Also of relevance on MAS-Tampa's e-library are a number of discourses, letters and prayers authored by Hassan Al-Banna, himself. In one of the letters dated 1947, entitled ‘Toward the Light,' there is contained a foreboding message. In it, Al-Banna lists a set of political, judicial and administrative goals. They are: "(1) An end to party rivalry, and directing the political forces of the nation into a unified front; (2) Amending the law, such that it conforms to all branches of Islamic legislation; and (3) Reinforcing the armed forces, and increasing the number of youth groups; igniting in them the spirit of Islamic jihad."
With all of this in mind, one has to wonder how long it will take the participants in a jihad camp or retreat to accomplish the "deeds" and "goals" set forth in Sahih Bukharih and Al-Banna's letter. Will they take the time to learn and grow as mature adults, or will they skip right to the third of each (Jihad) and move immediately towards the here-after (Akhira)?
The earlier discussion has made it clear that the Prophet Muhammad (peace be upon him) has enjoined us to believe in five articles of Faith:
Belief in one God. Who has absolutely no associate with Him in His divinity.
Belief in God's Angels.
Belief in God's Books, and in the Holy Qur'an as His Last Book.
Belief in God's Prophet, and in Muhammad (God's blessing be upon him) as His Last and Final Messenger.
Belief in life after death.
These five articles make up the bedrock of Islam. One who believes in them enters the Muslim community. But by a mere verbal profession alone, one does not become a complete Muslim. To become a complete Muslim one has to fully carry out in practice the instruction given by Muhammad (peace be upon him) as ordained by God. For belief in God makes practical obedience to Him incumbent; and it is obedience to God which constitutes the religion of alone is your God, and this means that He is your Creator and you are His creature; that He is your Master, and you are His slave that He is your Ruler and you are His subject. After having acknowledged Him as your Master and Ruler, if you refuse to obey Him you are a rebel on your own admission. Along with faith in God you believe that the Qur'an is God's Book. This means that you have admitted all the contents of the Qur'an to be from God. Thus it become your bounden duty to accept and obey whatever is contained in it. Along with that you have admitted Muhammad (peace be upon him) to be God's Messenger, which means that you have admitted that each and every one of his orders and prohibitions are from God. After this admission obedience to him become your duty. Therefore you will be a full-fledged Muslim only when your practice is consistent with your profession otherwise your Islam will remain incomplete.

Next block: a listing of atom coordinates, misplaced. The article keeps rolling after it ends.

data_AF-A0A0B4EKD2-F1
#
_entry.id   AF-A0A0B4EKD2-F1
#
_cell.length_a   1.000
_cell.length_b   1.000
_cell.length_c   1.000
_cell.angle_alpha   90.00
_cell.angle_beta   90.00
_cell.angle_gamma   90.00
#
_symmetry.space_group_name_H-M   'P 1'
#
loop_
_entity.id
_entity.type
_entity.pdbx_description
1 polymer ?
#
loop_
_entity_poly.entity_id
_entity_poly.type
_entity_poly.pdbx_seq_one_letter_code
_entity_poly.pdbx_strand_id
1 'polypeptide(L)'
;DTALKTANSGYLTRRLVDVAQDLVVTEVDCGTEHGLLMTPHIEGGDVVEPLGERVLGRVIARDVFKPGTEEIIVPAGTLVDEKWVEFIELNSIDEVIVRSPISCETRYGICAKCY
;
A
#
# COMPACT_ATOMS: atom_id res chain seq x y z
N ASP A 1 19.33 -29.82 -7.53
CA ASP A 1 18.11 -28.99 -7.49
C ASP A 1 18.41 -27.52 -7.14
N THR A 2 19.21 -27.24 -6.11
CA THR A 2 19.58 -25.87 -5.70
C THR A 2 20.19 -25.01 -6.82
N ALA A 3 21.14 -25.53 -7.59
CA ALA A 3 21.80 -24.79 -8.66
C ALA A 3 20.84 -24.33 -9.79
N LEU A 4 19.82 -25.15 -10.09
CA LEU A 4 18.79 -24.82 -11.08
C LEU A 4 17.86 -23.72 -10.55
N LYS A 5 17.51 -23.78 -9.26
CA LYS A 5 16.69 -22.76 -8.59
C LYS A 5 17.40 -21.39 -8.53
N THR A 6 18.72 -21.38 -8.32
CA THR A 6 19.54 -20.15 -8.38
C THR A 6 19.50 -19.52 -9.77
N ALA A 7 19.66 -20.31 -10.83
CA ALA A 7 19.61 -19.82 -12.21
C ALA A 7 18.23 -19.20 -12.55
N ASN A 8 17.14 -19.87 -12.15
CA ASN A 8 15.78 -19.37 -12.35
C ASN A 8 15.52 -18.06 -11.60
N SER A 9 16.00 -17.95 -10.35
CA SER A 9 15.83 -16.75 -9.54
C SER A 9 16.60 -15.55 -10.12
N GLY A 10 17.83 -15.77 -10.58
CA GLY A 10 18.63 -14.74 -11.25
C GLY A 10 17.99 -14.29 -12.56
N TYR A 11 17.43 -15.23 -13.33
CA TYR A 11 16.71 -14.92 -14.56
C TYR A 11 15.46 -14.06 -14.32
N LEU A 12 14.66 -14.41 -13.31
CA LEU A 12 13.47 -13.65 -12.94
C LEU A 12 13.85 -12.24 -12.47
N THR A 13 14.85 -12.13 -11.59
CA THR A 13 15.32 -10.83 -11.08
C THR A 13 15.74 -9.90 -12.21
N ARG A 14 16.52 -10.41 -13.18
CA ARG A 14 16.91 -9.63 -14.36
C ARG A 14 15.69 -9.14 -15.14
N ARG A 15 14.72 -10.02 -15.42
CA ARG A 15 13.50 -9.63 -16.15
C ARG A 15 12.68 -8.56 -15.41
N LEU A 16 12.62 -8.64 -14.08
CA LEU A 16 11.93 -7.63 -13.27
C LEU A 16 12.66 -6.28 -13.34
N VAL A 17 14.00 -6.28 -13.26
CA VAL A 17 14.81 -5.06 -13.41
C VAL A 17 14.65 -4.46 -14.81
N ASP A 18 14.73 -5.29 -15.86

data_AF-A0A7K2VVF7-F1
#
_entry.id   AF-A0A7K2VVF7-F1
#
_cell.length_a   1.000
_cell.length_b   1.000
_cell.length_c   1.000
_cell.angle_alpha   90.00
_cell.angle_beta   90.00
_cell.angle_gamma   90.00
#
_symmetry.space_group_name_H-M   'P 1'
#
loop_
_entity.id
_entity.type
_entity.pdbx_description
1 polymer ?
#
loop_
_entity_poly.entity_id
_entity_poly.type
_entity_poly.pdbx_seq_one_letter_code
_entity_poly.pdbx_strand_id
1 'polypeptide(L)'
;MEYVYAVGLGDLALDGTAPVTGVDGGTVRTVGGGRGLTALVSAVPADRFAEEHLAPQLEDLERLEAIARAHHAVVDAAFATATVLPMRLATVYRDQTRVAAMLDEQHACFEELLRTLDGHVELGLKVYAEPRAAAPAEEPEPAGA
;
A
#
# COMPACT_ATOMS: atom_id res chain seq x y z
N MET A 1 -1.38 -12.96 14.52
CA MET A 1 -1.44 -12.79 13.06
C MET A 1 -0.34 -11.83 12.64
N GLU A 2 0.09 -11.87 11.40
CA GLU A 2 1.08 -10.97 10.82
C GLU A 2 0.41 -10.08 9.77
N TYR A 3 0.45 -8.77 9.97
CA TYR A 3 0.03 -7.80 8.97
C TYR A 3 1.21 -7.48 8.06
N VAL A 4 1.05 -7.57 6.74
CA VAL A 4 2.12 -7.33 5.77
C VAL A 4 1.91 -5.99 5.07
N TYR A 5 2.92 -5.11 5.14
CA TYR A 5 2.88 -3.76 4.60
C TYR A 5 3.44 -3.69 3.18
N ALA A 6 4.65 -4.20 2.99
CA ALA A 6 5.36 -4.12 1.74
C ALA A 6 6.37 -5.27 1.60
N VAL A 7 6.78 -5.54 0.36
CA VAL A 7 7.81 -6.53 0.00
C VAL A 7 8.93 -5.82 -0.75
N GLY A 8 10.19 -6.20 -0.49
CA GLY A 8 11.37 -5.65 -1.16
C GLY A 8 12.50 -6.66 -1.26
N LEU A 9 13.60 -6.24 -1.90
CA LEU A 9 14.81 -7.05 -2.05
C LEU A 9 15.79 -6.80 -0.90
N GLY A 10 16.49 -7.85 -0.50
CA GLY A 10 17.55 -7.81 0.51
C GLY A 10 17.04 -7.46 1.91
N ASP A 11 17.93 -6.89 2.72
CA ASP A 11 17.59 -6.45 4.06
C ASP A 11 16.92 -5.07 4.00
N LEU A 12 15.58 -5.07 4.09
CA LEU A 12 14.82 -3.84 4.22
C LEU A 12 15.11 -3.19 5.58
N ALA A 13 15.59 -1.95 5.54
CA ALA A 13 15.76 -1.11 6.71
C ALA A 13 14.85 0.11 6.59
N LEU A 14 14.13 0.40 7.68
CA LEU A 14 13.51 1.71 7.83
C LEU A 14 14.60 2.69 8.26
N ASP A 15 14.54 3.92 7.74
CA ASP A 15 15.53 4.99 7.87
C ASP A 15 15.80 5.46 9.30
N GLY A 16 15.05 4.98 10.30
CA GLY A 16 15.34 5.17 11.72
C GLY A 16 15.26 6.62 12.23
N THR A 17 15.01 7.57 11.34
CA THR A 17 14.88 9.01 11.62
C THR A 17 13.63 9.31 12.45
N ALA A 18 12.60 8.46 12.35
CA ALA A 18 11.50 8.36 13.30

Now let us see what code of conduct Muhammad (peace be upon him) has taught as ordained by God Al-mighty. The first and foremost things in this respect are the 'Ibadat' the Primary Duties which must be observed by each and every person professing to belong to the Muslim community.